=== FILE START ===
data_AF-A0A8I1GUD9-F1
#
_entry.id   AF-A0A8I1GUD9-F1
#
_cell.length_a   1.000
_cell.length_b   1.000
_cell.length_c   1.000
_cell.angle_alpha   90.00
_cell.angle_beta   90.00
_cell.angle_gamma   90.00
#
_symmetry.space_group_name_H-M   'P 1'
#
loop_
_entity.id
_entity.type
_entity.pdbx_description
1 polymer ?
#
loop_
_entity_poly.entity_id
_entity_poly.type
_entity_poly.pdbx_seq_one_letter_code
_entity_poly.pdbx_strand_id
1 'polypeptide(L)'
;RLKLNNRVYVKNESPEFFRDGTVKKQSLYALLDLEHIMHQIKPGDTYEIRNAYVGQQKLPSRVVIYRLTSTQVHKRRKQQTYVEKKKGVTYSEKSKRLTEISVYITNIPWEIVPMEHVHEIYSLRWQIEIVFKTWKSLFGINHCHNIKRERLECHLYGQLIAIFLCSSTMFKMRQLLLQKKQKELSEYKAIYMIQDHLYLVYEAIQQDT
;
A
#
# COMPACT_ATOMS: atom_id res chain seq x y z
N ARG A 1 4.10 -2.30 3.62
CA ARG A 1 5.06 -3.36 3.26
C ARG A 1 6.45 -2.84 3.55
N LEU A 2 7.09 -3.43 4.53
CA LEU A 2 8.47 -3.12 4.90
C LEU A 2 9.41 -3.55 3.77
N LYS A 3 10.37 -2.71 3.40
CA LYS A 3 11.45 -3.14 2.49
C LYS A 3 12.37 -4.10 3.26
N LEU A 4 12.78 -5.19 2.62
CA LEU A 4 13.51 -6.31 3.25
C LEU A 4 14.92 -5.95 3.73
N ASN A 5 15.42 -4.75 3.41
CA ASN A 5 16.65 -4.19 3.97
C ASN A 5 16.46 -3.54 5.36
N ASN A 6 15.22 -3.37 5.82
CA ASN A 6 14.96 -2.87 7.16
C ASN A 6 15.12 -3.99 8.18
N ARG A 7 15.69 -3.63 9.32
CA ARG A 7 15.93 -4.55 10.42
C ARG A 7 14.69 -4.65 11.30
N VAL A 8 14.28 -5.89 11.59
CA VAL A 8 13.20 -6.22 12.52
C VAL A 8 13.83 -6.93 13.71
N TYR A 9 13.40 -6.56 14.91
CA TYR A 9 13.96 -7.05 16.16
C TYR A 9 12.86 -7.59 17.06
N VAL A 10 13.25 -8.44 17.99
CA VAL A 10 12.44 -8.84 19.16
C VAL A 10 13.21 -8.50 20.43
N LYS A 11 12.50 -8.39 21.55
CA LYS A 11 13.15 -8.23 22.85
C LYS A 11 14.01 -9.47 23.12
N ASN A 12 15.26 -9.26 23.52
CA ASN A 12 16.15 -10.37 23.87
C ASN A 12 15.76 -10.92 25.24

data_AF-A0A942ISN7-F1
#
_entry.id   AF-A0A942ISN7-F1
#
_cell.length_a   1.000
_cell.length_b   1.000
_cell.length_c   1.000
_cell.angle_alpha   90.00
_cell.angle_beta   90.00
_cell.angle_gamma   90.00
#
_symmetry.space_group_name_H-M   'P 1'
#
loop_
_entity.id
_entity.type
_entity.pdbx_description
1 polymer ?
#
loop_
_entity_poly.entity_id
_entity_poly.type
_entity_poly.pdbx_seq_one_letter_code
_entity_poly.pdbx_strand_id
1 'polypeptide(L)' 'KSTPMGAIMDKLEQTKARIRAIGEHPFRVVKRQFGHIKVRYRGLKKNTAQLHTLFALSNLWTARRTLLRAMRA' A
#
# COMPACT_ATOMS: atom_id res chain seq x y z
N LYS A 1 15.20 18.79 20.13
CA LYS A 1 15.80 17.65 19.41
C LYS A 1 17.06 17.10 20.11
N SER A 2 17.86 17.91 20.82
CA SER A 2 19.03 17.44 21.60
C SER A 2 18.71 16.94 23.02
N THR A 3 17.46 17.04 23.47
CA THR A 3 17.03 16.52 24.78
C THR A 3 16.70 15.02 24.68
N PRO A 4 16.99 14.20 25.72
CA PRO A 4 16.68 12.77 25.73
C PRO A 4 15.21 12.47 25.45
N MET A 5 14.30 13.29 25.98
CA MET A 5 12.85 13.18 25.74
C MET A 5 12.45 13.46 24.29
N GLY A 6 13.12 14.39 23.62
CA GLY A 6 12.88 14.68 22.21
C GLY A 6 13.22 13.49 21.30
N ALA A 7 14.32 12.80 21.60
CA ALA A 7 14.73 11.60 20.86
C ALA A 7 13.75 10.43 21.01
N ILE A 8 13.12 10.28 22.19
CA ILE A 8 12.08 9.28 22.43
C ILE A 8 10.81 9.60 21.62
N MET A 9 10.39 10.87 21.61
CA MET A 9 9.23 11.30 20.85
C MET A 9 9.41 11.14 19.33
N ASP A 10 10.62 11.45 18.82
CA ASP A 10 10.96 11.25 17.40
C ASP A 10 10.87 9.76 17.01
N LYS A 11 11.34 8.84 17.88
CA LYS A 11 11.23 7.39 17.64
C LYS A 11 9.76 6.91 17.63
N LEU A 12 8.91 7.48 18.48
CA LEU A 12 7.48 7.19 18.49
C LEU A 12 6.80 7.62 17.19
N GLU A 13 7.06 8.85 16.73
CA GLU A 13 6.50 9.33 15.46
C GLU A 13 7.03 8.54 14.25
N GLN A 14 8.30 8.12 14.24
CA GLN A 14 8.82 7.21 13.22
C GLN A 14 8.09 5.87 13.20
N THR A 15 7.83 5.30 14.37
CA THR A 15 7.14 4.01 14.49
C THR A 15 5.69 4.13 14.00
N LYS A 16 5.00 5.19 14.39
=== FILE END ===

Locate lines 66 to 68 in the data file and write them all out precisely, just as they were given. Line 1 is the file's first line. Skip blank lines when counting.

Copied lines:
C ASN A 12 15.76 -10.92 25.24

data_AF-A0A942ISN7-F1
#